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Preprint 629-1999

Combinatorial Optimization & Graph Algorithms group (COGA-Preprints)

Convex Quadratic Programming Relaxations for Network Scheduling Problems
In Jaroslav Nesetril (ed.): Algorithms - ESA '99, Lecture Notes in Computer Science 1643, Springer: Berlin, 1999, pp. 127-138, Proceedings of the 7th Annual European Symposium on Algorithms (ESA'99).
primary: 90C27 Combinatorial optimization
secondary: 68Q25 Analysis of algorithms and problem complexity
90B35 Scheduling theory, deterministic
68M20 Performance evaluation; queueing; scheduling
90C20 Quadratic programming
90C25 Convex programming
approximation algorithm, randomized algorithm, convex quadratic program, scheduling
In network scheduling a set of jobs must be scheduled on unrelated parallel processors or machines which are connected by a network. Initially, each job is located on some machine in the network and cannot be started on another machine until sufficient time elapses to allow the job to be transmitted there. This setting has applications, e.g., in distributed multi-processor computing environments and also in operations research; it can be modeled by a standard parallel machine environment with machine-dependent release dates. We consider the objective of minimizing the total weighted completion time.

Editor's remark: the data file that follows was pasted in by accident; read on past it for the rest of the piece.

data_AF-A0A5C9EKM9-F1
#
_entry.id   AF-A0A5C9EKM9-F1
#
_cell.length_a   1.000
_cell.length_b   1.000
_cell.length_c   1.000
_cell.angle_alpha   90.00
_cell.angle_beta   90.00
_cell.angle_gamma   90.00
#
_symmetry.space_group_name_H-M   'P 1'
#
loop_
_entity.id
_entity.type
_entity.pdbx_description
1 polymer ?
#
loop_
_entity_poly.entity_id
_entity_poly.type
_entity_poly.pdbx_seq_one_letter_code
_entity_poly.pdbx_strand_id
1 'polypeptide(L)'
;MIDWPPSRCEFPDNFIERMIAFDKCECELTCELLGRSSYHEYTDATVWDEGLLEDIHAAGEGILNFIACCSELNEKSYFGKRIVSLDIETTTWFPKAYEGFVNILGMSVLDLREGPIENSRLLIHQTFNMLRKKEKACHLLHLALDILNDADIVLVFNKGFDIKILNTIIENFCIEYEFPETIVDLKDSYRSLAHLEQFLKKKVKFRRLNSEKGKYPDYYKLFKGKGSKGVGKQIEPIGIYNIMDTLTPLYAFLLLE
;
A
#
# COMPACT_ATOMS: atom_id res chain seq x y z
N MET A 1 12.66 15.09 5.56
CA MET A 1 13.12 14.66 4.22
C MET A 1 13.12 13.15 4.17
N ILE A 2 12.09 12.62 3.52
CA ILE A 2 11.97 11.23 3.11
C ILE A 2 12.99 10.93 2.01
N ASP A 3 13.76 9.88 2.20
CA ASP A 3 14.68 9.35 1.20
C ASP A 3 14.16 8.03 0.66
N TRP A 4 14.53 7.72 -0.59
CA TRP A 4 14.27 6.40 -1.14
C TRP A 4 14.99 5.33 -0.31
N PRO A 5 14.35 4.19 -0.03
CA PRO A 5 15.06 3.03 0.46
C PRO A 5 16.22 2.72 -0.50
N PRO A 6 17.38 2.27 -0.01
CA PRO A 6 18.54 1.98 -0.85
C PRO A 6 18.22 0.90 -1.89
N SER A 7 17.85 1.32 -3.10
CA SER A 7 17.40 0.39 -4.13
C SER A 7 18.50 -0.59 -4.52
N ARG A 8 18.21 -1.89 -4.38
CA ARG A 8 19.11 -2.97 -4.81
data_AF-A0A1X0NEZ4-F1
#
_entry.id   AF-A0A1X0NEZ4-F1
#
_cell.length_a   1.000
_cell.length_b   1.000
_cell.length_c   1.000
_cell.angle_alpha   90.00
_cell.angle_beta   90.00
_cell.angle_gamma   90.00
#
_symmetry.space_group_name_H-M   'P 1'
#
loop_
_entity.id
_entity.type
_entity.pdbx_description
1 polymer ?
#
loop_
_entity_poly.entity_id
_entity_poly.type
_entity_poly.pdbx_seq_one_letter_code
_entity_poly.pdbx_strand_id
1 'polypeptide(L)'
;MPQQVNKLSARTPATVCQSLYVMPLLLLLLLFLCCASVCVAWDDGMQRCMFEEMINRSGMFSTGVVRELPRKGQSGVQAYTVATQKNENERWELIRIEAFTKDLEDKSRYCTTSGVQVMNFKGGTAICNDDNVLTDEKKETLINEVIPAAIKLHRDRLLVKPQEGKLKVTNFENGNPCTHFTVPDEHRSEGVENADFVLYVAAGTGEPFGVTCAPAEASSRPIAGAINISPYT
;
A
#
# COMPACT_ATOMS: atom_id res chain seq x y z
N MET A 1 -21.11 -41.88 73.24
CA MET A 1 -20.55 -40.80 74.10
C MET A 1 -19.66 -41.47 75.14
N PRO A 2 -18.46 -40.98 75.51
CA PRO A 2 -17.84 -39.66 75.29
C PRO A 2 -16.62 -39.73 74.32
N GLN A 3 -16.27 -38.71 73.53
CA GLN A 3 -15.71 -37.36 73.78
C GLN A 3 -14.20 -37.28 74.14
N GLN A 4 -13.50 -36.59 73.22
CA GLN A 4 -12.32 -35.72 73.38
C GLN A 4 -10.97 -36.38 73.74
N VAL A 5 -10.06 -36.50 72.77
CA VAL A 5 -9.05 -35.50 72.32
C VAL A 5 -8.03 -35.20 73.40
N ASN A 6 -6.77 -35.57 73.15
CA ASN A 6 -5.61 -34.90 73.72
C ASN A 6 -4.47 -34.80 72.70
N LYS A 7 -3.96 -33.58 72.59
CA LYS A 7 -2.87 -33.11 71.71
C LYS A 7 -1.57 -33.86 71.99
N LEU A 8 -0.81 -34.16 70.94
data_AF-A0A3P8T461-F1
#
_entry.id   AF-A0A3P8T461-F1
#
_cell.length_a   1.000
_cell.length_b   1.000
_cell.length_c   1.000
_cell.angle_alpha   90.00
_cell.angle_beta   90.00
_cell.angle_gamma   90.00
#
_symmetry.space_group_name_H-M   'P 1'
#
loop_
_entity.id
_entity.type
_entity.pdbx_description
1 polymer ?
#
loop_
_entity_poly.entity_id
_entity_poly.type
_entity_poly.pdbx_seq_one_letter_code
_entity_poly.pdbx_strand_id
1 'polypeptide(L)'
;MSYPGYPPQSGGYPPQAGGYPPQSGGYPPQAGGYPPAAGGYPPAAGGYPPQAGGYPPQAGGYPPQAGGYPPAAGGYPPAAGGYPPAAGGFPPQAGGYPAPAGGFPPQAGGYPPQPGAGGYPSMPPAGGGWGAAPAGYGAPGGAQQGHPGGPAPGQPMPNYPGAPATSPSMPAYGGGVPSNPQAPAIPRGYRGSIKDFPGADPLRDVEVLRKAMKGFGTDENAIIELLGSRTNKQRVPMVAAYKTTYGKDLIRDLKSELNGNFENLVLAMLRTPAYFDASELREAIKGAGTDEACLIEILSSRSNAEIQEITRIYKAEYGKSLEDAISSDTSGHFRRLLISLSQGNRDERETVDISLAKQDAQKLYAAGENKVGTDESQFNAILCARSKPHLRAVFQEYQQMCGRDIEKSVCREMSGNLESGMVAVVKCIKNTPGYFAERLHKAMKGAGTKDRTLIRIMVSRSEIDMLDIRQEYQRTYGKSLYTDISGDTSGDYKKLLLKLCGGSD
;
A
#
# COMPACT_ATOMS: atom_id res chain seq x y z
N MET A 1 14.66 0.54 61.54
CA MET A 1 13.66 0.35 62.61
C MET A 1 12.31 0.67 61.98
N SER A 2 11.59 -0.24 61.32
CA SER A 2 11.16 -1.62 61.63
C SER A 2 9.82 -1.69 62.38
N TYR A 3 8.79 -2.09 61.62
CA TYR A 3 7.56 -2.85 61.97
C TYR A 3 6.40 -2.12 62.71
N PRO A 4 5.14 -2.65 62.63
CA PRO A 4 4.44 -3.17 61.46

The main contribution of this paper is a provably good convex quadratic programming relaxation of strongly polynomial size for this problem. Until now, only linear programming relaxations in time- or interval-indexed variables have been studied. Those LP relaxations, however, suffer from a huge number of variables. In particular, the best previously known relaxation is of exponential size and can therefore not be solved exactly in polynomial time. As a result of the convex quadratic programming approach we can give a very simple and easy to analyze randomized 2-approximation algorithm which slightly improves upon the best previously known approximation result. Furthermore, we consider preemptive variants of network scheduling and derive approximation results and results on the power of preemption which improve upon the best previously known results for these settings.
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